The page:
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Hunting Defeat? How Cameron's Fox Hunt Got the Brush Off

11/08/2015 17:21 BST | Updated 11/08/2016 10:59 BST

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To mark 100 days of the first Conservative government in nearly 20 years, HuffPost UK is running 100 Days of Dave, a special series of blog posts from grassroots campaigners to government ministers, single parents to first-year students, reflecting on what's worked and what hasn't, whilst looking for solutions to the problems we still face.

Why would a newly-elected government, the first Conservative government for almost 20 years, attempt within its first 100 days to do something as unpopular as bringing back hunting?

David Cameron has rightly stressed time and again that this will be a one nation Conservative government, acting on behalf of all parts of the country and sectors of society. But the polling is clear - around eight out of 10 people are opposed to fox hunting. Annual polling shows that people in the countryside are as opposed as those in towns, and two out of three Conservative supporters are also against it.

So why do something so soon after being elected that he knows will be unpopular, even amongst his own supporters?

The 'so soon' question is easy. It is common for new governments to seek to push through potentially controversial measures early, with the momentum of a democratic mandate and a more sympathetic media. Hopefully the electorate will have forgotten by the time the next election comes around.

Why Cameron should choose to spend political capital on trying to bring back a bloodsport when there are so many challenges at home and abroad is more puzzling. Why seek to appease the small (but admittedly vocal) minority who want to chase wild mammals across the countryside for pleasure?

Some claim it is because Cameron used to hunt himself and has a personal desire to bring back the sport. This may be part of the answer. But it is surely not all of it. It is true that those who support hunting are small in number but they are hugely influential. Vote Ok, a pro-hunting lobby group, actively campaigned for Conservative parliamentary candidates who pledged to support repeal of the Hunting Act. Cameron evidently feels that he owes a favour to those who helped get his party elected.

But this wasn't going to be a vote to repeal the Hunting Act was it? It was just a straightforward amendment to bring the law in England and Wales into line with Scotland, wasn't it? Don't be fooled. David Cameron knows that enough of his own MPs are opposed to hunting that he will never win a straight vote to repeal the Hunting Act. So he attempted to bring back hunting by the back door.

The legislation banning hunting is much weaker in Scotland than England and Wales. A recent investigation by the League Against Cruel Sports found that hunts in Scotland appear to be hunting exactly as they did before the ban while claiming to be 'flushing to guns' (chasing foxes out of cover to shoot them, which is legal) - is it any surprise that Cameron wanted to introduce something similar south of the border?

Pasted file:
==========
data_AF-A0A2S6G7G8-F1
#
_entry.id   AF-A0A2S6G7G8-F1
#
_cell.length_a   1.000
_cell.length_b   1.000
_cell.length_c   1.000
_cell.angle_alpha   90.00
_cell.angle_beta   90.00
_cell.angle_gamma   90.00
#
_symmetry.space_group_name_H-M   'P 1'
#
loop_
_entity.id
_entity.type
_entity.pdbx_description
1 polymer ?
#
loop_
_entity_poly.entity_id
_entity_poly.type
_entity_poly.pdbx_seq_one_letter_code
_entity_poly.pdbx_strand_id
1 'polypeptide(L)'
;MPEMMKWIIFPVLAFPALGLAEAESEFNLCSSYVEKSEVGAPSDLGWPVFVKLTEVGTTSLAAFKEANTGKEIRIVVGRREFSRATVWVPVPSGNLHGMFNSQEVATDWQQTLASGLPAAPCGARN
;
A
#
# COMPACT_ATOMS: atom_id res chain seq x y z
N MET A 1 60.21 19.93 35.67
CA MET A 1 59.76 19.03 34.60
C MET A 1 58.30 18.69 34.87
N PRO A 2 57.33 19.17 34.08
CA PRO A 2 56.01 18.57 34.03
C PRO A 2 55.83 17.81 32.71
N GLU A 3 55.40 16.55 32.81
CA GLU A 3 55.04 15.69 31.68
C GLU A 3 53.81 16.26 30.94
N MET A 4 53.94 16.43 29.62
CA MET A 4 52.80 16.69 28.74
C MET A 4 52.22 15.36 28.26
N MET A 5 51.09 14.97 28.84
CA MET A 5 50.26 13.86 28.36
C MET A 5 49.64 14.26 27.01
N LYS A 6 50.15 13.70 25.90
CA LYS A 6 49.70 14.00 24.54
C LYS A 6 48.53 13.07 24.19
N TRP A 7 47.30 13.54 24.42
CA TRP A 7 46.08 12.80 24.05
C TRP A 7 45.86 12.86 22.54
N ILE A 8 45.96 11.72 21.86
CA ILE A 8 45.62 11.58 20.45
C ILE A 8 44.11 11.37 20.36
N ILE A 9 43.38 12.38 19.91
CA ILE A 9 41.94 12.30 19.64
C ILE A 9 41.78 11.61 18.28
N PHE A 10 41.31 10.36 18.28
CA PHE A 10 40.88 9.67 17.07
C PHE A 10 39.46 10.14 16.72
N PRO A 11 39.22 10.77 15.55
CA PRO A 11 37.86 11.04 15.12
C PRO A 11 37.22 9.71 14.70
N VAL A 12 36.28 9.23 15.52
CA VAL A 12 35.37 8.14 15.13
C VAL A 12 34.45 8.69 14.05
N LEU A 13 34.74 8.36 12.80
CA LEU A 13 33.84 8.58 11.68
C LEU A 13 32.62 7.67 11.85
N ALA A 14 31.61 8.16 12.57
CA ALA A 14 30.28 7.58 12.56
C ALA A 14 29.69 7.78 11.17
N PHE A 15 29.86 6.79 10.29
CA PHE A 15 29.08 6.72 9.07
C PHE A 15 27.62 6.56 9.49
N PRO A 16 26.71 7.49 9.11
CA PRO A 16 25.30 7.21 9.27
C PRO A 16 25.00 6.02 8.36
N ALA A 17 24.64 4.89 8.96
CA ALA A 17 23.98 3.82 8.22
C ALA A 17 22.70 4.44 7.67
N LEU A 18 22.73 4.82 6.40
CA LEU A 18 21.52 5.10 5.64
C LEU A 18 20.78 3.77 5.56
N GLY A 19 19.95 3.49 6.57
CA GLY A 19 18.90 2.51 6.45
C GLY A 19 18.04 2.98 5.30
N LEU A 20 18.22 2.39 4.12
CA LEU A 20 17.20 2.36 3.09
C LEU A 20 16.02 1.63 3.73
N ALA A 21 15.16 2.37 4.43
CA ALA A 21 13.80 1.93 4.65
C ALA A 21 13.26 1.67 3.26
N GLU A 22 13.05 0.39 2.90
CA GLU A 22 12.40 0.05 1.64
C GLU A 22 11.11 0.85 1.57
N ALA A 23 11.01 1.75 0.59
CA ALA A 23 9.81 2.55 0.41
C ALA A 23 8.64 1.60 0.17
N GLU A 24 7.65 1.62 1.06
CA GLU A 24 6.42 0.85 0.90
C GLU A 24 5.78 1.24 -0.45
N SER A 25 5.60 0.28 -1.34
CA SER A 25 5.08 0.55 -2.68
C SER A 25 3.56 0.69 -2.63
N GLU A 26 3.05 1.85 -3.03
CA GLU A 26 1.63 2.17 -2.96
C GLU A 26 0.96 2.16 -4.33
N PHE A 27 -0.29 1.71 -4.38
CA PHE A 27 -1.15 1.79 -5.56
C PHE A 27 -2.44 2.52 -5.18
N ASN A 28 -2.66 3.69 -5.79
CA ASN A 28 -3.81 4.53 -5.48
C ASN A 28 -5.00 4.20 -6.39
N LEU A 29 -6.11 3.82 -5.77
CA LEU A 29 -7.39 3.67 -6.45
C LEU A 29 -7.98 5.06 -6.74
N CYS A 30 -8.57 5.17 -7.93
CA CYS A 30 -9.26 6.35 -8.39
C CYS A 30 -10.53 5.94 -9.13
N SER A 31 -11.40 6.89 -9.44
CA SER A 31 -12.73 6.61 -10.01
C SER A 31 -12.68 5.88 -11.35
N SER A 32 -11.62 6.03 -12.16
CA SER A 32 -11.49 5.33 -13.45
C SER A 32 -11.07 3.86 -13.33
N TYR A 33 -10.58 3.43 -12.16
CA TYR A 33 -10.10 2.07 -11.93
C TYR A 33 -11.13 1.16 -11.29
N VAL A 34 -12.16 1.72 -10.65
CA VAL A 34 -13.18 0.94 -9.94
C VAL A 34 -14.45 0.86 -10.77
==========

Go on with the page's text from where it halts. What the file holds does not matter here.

But this wasn't the only exemption proposed. The amendment would have enabled a hunt to chase wild animals as they did before the ban and if accused of illegal hunting take their pick of exemptions - from the need to retrieve a diseased or injured animal to the conducting of research and observation. It would have made the Hunting Act all but unenforceable according to legal experts. No wonder vets and animal welfare organisations were united in opposing it.

It wasn't just the avoidance of a straight vote to bring back hunting that smacked of political calculation. The vote was announced on Budget day (one can only assume to try to reduce damaging headlines) the week before parliament broke up for summer. The customary notice period of a vote in the House of Commons was significantly curtailed. All designed to reduce public awareness and hence public opposition to the move.

It didn't work. According to MPs they heard from thousands of constituents - for many it was more correspondence than they had received on any issue, ever. MPs confirmed that the vast majority were opposed to the move - one claimed that "99.9% were against it". No wonder that MPs from all parties came out publicly against the change.

When it became clear that the vote would be lost the government pulled the plug. The government have blamed the SNP for blocking it. But they have a majority in the Commons - it shouldn't matter what the SNP do. No - the reason why the government couldn't win was because of the increasing numbers of Conservative MPs, including ministers, who opposed the move. Even if the SNP had abstained the government would have lost the vote.

So a defeat for the government. A win for democracy? Perhaps. Clearly the move should never have been mooted such is the public opposition to hunting. But what is clear is that more and more MPs from Cameron's own party are looking at the evidence, listening to their constituents and opposing any relaxation of the ban on hunting. The prime minister would be very unwise to return to the issue.

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